Remarks by U.S. Senator Robert C. Byrd
January 09, 2007
Senator Byrd Says "Surge" Is Headed for Failure
WASHINGTON, D.C.... U.S. Senator Robert C. Byrd, D-W.Va., on Tuesday said that the President's plan to escalate the U.S. troop levels likely will only expand the violence in that country.
The text of the Senator's speech, delivered in the Senate on Tuesday, is
The Oxford English Dictionary defines the word surge as, "a sudden large temporary
increase." Note in particular the word temporary. President Bush's rumored new strategy
on Iraq -- a surge of U.S. troops intended to quell the violence in Baghdad is
wrongheaded and headed for failure. As outlined, the surge envisions clearing all violent
factions out of Baghdad in an effort which is to be led by Iraqi security forces.
Apparently U.S. forces will provide indiscriminate firepower in another attempt to
establish democracy by brute force. This does not seem to me to be the way to win hearts
and minds in Iraq.
I oppose any "surge" in Iraq. Only days ago we passed the grim milestone of 3,000
American dead in Iraq. There are few firm numbers on Iraqi lives lost, but estimates are
in the tens of thousands. I am reminded of one definition of insanity - - making the same
mistake over and over while continuing to expect a different result. We have surged
before. Still the violence in Iraq worsens!
We are close to the beginning of the 5th year of a war which should never have been
started by an Administration that fed the Congress and the public false information. This
is an Administration that has learned nothing more about the country of Iraq than it knew
before it launched an unprovoked U.S. attack.
Our stated purpose for continuing to occupy Iraq is to help the Iraqi people build a stable
democracy. But the difficulty of that task should have been clear before we invaded. Iraq
is a country that was only held together by a brutal strongman, Saddam Hussein. Without
the strongman to force cohesion, it is a country with deep ethnic and religious divisions, and no central loyalties. There is no tradition of Constitutions or equal rights, no unifying
common beliefs about individual freedoms or governing with the consent of the governed
-- none of that commonality of thought that reinforces governing principles in the society
at large. The al Maliki government would never survive on its own outside the "Green
Zone" in Baghdad, and indeed the point of a surge is to secure only the capital. But what
then? After accelerating the violence, even if we are able to lock down Baghdad, what
will transpire to keep the insurgency from regrouping elsewhere, possibly fed by Iran or
Syria? How will we then establish the legitimacy of a shaky Iraqi government?
In my view, we may be about to make a critical mistake by moving in exactly the wrong
direction in Iraq. Instead of a surge we should be looking at a way to begin orderly troop
reduction. The folly of the "surge" idea is apparent. The insurrection in Iraq is a civil
war. The conflict is among waring factions battling for some measure of control over the
others. U.S. involvement on one side simply further energizes all the other sides. And
this "surge" will only energize them, further provoking a likely counter-surge of violence.
If it is a true "surge", i.e., temporary, the insurrection factions will only work harder to
maim and kill our troops, and claim victory if we reduce forces. So, in fact, there will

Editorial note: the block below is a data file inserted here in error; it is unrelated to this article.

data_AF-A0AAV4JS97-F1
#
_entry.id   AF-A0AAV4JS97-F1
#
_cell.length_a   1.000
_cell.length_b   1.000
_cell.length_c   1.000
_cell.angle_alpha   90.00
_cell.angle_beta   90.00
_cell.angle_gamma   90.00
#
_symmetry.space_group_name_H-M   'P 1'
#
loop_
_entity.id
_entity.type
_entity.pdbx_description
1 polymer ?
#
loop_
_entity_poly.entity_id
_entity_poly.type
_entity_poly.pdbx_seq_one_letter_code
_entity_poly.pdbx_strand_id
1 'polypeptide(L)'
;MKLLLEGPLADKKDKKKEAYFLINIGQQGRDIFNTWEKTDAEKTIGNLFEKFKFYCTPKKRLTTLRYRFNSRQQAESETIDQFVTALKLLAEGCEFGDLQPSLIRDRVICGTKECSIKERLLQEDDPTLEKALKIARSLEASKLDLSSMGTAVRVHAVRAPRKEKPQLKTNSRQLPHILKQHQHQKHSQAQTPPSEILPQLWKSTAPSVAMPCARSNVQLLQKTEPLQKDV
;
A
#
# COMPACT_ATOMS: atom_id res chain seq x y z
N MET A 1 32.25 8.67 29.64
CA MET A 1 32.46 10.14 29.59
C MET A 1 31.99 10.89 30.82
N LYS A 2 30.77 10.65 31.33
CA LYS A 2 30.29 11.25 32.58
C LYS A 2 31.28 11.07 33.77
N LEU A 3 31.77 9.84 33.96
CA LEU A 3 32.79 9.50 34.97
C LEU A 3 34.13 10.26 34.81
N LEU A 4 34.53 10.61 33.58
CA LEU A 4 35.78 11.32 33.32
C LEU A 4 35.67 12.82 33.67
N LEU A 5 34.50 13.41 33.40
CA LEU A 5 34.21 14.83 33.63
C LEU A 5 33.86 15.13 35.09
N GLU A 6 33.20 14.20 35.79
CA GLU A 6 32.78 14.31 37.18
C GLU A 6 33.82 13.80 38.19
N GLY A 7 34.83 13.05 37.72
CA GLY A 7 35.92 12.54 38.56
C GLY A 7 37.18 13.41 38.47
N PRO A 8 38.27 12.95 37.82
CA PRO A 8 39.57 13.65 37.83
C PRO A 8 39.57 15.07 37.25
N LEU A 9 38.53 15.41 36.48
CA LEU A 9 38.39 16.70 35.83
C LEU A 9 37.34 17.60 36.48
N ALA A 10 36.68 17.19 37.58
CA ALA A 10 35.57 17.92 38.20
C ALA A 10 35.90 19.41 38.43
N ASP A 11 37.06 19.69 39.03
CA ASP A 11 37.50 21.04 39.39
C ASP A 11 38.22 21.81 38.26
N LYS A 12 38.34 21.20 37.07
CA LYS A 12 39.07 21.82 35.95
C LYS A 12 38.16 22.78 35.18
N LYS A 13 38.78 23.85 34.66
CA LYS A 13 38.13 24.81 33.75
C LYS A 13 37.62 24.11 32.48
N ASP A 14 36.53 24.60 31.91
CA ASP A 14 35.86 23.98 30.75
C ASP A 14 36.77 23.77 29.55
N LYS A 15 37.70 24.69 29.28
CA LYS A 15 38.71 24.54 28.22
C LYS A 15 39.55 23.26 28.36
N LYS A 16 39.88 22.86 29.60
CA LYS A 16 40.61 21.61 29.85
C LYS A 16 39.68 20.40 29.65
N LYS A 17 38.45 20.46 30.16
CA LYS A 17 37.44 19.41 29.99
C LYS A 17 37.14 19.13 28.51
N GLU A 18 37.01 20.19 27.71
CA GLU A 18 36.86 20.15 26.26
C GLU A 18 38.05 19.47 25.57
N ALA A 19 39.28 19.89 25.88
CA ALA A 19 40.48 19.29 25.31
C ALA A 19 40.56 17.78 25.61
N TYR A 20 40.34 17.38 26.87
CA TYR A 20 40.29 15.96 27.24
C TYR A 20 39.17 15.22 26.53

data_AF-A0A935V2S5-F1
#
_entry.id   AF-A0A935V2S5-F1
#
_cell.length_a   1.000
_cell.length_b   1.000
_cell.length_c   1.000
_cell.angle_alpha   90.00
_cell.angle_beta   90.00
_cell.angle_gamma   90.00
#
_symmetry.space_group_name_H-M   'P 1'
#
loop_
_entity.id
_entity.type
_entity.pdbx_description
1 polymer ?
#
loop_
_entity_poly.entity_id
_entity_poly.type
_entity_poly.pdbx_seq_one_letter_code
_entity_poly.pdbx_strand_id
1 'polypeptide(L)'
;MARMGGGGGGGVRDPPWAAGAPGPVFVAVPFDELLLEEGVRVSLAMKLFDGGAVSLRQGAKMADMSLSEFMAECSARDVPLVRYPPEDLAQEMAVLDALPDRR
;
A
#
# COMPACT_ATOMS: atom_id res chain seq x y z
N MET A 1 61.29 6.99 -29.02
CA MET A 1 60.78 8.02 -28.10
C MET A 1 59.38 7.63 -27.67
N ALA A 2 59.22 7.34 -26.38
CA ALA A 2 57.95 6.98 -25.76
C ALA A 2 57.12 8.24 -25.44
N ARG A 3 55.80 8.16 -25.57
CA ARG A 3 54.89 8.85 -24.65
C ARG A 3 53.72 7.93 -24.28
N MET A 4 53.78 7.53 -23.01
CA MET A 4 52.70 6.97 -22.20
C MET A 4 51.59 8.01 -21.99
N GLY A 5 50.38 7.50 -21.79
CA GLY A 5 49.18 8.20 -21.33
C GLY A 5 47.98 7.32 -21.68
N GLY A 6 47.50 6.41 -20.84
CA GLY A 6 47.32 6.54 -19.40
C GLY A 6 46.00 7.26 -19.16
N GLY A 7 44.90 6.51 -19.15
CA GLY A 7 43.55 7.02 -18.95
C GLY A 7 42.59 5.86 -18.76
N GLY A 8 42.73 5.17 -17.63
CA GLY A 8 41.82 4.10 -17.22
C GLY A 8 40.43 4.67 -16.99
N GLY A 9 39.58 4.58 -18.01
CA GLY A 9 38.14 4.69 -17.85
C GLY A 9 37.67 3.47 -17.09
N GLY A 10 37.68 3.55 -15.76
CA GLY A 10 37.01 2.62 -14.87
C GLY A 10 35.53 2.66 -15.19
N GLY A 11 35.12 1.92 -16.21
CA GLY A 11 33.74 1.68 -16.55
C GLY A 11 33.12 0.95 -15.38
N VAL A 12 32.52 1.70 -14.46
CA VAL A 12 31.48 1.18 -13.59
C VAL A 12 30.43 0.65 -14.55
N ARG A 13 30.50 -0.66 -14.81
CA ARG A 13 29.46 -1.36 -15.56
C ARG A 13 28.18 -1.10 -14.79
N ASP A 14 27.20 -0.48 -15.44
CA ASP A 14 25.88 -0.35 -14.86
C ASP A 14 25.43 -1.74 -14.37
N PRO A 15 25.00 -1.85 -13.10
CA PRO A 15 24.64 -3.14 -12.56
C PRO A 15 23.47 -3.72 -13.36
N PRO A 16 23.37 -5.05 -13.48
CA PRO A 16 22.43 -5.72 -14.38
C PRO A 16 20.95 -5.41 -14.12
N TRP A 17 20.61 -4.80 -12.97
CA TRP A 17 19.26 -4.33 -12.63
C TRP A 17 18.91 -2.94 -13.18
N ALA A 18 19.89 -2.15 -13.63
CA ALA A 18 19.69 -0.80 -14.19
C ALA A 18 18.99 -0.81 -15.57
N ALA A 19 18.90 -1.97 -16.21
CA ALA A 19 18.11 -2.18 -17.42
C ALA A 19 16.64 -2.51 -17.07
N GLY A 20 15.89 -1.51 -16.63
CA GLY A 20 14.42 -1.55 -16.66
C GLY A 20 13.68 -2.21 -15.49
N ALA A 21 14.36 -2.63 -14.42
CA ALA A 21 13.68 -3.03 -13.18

probably not be a "surge," but rather a permanent escalation of the U.S. presence which is
simply being sold to the public as a "surge." Once again we get obfuscation and spin
from a White House that seems incapable of careful thought and analysis.
Any plan to increase troops in President Bush's new strategy is simply a plan to intensify
violence, put more American troops in harm's way, risk the lives of more innocent Iraqis,
engender more hatred of U.S. forces, and embroil us deeper in a civil war. I would like to
see a clear defining of our immediate challenges in Iraq; a realistic discussion about shortterm
achievable goals; an admission that we cannot remain in Iraq for much longer
because the American public will not tolerate it; and benchmarks for beginning an orderly
withdrawal conditioned on actions by the Iraqi government. The al-Maliki government
has been duly elected by the people of Iraq. It is time we let them take charge. As long
as we prop them up and inflame hatred they will never have the legitimacy they need to
make the political decisions that may ultimately save Iraq. In short, it is time to take the
training wheels off the bike.
Our blundering has inflamed and destabilized a critical region of the world, and yet we
continue to single mindedly pursue the half-baked goal of forcing democracy on a country
which is now embroiled in a civil war. Our blinders keep us from seeing the regional
problems which are bubbling and soon may boil. The real damage to the United States is
not only the loss of life and the billions expended, it is also the diminution of our
credibility around the world as a country with the will and the vision to lead effectively.
Serious diplomacy is clearly in order on the matters of Lebanon, the Israeli-Palestinian conflict, and on Iran. Multinational talks were part of the Iraq study group's
recommendations, but diplomacy usually ends up at the bottom of the Administration's
option list, and that is where it has landed again. If the "shoot first" crowd in the White
House continues to stick its chin out and believe that bullets and bombast will carry the
day, soon our ability to mediate the morass of difficulties in the Mid East and elsewhere
may be permanently damaged. Pariahs don't usually carry much weight at negotiating
tables. If the lesson in Iraq teaches anything it is that military might has very great
limitations. But then that is a lesson we should have learned many years ago -- from
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